After children have a tonsillectomy or adenotonsillectomy (surgery to remove the adenoids and/or tonsils), pain, nausea, vomiting and delays to return to eating are common. The corticosteroid drug dexamethasone is sometimes given in a single intravenous dose (through the veins) during surgery to try to prevent vomiting after the operation. We included 19 randomized controlled trials in the review, with a total of 1756 patients. The review of trials found that a dose of corticosteroid during tonsillectomy or adenotonsillectomy can prevent vomiting for one out of every five children who gets the drug. Children also return to a normal diet more quickly and they have less pain after surgery.
The evidence suggests that a single intravenous dose of dexamethasone is an effective, safe and inexpensive treatment for reducing morbidity from pediatric tonsillectomy.
This is an update of a Cochrane Review first published in The Cochrane Library in Issue 1, 2003.
Tonsillectomy continues to be one of the most common surgical procedures performed worldwide. Despite advances in anesthetic and surgical techniques, post-tonsillectomy morbidity remains a significant clinical problem.
To assess the clinical efficacy of a single intraoperative dose of dexamethasone in reducing post-tonsillectomy morbidity.
We searched the Cochrane Ear, Nose and Throat Disorders Group Trials Register; the Cochrane Central Register of Controlled Trials (CENTRAL); PubMed; EMBASE; CINAHL; Web of Science; BIOSIS Previews; Cambridge Scientific Abstracts; ISRCTN; and additional sources for published and unpublished trials. The date of the most recent search was 29 October 2010, following a previous search in September 2002.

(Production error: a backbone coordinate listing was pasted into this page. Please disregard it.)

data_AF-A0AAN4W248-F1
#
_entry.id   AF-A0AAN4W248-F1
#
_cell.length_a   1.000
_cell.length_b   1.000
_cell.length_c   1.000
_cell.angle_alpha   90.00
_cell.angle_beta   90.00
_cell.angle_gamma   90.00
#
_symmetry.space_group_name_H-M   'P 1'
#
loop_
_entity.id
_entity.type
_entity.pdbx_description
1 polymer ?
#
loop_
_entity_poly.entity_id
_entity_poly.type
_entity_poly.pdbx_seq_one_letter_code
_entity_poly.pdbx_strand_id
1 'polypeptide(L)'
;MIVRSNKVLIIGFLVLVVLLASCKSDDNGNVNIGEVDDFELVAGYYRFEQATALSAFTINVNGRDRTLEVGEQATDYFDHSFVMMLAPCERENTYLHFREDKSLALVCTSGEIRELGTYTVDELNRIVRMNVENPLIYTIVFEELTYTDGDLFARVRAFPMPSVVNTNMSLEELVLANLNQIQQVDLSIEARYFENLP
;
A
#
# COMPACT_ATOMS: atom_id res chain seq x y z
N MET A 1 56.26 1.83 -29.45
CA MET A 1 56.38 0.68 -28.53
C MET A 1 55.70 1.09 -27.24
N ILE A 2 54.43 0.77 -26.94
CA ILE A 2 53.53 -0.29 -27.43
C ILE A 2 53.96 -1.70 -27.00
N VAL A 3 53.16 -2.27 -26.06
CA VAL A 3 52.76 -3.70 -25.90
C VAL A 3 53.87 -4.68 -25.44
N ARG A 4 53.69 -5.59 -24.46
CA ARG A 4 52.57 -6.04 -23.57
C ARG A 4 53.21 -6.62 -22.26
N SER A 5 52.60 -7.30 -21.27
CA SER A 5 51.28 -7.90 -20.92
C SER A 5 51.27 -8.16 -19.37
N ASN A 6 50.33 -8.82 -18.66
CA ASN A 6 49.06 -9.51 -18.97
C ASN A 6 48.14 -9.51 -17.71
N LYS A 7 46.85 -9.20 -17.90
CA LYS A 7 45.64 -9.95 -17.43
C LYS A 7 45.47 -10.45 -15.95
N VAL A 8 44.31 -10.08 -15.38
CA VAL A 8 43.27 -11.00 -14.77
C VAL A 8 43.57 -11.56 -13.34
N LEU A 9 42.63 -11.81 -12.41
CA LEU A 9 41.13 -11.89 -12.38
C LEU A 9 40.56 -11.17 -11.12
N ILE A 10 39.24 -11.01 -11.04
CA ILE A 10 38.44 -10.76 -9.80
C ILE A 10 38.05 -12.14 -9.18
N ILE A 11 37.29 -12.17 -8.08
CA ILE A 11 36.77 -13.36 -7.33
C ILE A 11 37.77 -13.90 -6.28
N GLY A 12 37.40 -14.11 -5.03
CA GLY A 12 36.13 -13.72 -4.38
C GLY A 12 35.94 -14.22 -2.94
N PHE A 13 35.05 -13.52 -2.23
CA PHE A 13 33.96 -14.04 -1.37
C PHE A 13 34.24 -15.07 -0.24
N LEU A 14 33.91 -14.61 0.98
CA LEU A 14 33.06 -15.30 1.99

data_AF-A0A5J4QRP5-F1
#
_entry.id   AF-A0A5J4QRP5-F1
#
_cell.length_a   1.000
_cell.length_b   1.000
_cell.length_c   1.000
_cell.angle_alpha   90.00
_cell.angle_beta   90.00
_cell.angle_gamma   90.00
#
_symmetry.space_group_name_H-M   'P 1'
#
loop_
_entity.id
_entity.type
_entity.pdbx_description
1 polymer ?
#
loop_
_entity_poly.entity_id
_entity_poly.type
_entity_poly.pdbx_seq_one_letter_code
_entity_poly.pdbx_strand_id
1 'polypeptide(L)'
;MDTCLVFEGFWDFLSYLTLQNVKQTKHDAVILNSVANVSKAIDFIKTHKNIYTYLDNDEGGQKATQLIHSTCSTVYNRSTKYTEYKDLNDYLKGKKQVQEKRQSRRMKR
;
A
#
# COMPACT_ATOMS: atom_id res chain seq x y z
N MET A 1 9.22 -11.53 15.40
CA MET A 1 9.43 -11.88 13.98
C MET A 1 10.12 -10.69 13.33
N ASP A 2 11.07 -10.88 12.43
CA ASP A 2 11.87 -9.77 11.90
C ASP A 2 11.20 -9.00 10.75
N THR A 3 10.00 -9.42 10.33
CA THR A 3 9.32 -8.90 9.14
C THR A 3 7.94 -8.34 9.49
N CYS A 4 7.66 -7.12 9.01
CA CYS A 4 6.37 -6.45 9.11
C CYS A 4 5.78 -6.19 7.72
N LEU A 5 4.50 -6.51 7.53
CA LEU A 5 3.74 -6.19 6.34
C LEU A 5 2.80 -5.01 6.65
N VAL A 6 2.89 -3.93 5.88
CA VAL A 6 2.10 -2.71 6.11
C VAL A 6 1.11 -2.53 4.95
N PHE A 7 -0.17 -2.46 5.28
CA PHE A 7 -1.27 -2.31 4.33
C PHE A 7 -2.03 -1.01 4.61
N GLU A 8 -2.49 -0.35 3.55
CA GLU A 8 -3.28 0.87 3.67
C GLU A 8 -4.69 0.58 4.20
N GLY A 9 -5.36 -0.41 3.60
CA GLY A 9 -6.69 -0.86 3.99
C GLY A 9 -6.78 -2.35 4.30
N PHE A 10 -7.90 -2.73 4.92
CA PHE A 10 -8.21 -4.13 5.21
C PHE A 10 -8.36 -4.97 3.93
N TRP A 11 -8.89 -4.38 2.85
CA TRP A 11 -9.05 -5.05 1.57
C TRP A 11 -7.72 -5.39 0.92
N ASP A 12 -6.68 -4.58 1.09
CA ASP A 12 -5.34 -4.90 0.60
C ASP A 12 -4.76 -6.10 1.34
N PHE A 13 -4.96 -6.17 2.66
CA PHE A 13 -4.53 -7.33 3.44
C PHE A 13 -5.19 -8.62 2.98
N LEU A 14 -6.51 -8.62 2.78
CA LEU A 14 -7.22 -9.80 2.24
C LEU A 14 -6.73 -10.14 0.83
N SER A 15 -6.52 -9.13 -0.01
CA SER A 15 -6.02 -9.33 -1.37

Randomized, double-blind, placebo-controlled trials of a single dose of intravenous, intraoperative corticosteroid for pediatric patients (age < 18 years) who underwent tonsillectomy or adenotonsillectomy.
The first author extracted data regarding the primary outcome measures and measurement tools from the published studies. The first author also recorded data regarding study design, patient ages, procedures performed, dose of corticosteroid and method of delivery, as well as methodological quality. When data were missing from the original publications, we contacted the authors for more information. We performed data analysis with a random-effects model, using the RevMan 5.1 software developed by the Cochrane Collaboration.
We included 19 studies (1756 participants). We selected only randomized, placebo-controlled, double-blinded studies to minimize inclusion of poor quality studies. However, the risk of bias in the included studies was not formally assessed. Children receiving a single intraoperative dose of dexamethasone (dose range = 0.15 to 1.0 mg/kg) were half as likely to vomit in the first 24 hours compared to children receiving placebo (risk ratio (RR) 0.49; 95% confidence interval (CI) 0.41 to 0.58; P < 0.00001). Routine use in five children would be expected to result in one less patient experiencing post-tonsillectomy emesis (risk difference (RD) -0.24; 95% CI -0.32 to -0.15; P < 0.00001). Children receiving dexamethasone were also more likely to advance to a soft/solid diet on post-tonsillectomy day one (RR 1.45; 95% CI 1.15 to 1.83; P = 0.001) than those receiving placebo. Finally, postoperative pain was improved in children receiving dexamethasone as measured by a visual analog scale (VAS, 0 to 10) (MD -1.07; 95% CI -1.73 to -0.41; P = 0.001), which correlates clinically to a reduction in pain (on a VAS of 0 to 10) from 4.72 to 3.65. No adverse events were noted in the included studies.